Ireland’s Guide To Money And Living

Consumer watch

Stuart Miles/

Stuart Miles/

Ulster Bank has said that it won’t write off debt for those who remain in their homes.

Chief risk officer Stephen Bell said that it would be unfair to current customers who are meeting their repayments if those who cannot meet such commitments have their mortgage debt written off.

The bank has also announced measures to engage with 2,000 customers over mortgage arrears, and has said it will provide such customers with the assurance that their homes will not be repossessed if revised repayment terms can be agreed. The bank did warn that legal proceedings could be initiated if such customers don’t engage.

The Irish Mortgage Holders Organisation (IMHO), however, has been critical of the banks’ stance towards mortgage holders, and has proposed several alternatives, including a Government-sponsored industry split mortgage that would see individuals, facing voluntary sale, surrender or repossession, receive rent supplement to allow them to rent privately and remain in their own communities rather than enter social housing; a mortgage-to-lease scheme in place of the current mortgage-to-rent scheme; and insolvency reforms.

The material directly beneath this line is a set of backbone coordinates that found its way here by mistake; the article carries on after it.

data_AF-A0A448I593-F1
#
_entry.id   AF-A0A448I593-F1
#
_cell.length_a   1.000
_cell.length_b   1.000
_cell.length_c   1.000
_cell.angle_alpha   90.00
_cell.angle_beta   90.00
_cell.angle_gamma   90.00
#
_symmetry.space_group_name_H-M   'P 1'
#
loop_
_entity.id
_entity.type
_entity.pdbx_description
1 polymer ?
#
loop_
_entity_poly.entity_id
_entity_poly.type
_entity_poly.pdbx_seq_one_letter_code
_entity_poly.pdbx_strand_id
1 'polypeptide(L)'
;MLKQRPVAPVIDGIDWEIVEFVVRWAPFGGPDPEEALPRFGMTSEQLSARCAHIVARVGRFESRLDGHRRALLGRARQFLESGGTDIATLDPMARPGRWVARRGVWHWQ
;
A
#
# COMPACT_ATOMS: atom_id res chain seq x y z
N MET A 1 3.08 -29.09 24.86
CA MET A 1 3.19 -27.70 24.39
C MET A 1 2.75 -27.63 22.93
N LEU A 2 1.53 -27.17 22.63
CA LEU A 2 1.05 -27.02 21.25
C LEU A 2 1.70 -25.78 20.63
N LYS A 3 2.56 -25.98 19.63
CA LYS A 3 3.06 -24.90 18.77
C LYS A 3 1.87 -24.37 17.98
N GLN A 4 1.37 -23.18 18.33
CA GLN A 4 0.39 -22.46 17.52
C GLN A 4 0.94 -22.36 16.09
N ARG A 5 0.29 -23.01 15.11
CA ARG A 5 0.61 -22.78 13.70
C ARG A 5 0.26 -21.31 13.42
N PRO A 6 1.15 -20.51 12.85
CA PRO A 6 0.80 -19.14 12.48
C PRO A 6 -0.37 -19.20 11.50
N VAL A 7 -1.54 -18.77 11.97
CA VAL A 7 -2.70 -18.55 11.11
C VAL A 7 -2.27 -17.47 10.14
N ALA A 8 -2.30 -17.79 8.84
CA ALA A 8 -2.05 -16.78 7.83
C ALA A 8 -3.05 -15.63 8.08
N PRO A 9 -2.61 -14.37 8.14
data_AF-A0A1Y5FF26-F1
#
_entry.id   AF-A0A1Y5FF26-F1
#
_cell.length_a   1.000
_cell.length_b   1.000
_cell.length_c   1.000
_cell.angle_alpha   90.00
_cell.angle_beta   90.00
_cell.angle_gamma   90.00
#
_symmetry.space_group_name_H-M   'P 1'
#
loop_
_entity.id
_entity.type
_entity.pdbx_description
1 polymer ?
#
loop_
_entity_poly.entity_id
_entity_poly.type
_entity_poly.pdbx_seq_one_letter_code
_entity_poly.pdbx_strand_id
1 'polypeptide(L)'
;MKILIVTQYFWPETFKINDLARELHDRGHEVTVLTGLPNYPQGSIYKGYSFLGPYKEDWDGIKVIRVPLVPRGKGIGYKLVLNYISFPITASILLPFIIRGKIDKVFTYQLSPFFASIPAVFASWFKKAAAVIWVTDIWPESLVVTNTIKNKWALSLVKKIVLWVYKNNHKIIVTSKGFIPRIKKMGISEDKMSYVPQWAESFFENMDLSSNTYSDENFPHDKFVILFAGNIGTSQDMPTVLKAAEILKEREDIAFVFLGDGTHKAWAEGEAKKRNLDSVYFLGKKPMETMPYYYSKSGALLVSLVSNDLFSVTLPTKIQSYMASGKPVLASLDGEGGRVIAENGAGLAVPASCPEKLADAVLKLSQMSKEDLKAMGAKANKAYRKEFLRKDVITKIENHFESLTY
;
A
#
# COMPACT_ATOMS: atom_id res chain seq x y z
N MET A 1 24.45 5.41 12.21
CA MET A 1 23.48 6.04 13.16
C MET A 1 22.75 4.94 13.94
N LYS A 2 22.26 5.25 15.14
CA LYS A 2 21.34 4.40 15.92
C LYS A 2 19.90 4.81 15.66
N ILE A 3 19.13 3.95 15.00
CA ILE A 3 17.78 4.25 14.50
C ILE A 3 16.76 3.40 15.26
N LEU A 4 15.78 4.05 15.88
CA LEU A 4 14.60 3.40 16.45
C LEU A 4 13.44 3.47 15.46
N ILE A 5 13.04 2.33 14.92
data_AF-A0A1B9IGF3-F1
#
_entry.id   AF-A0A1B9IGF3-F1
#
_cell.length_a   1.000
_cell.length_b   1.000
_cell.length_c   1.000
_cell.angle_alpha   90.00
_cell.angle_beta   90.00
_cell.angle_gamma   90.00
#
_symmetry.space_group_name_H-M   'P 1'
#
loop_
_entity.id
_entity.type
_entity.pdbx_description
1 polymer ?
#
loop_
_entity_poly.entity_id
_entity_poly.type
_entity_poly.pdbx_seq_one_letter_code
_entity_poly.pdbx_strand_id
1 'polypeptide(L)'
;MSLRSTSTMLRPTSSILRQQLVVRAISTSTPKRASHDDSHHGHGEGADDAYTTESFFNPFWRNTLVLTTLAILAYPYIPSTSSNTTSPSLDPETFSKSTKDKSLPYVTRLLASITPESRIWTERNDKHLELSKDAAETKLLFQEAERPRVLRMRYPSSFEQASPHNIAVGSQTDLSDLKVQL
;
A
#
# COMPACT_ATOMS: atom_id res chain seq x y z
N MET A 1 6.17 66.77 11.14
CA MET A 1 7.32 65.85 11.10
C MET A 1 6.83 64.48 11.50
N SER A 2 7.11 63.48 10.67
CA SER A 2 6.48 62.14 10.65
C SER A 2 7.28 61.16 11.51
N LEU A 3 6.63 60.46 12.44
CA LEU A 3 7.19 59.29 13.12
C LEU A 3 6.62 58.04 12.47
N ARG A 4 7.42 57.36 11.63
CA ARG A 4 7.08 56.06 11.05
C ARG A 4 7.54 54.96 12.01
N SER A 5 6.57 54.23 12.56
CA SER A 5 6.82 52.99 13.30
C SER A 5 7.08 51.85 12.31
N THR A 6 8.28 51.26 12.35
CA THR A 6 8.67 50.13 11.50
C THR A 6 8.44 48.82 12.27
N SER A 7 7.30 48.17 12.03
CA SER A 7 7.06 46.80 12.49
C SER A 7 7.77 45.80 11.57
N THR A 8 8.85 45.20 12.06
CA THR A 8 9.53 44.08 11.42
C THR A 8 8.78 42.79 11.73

In other news, Irish consumer sentiment remains positive, according to the latest index published this week by KBC/ESRI.

Respondents to the survey noted improvement in their own financial situation, as well as a more positive outlook for the months ahead.

According to KBC’s chief economist Austin Hughes: “The details of the sentiment survey for April suggest… consumers are becoming a little more focussed on the prospect of an improvement in their personal finances in the next twelve months.”

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When not writing about all things personal finance, You & Your Money's editor Conor Forrest enjoys reading, football and getting lost in an ocean of Wikipedia articles.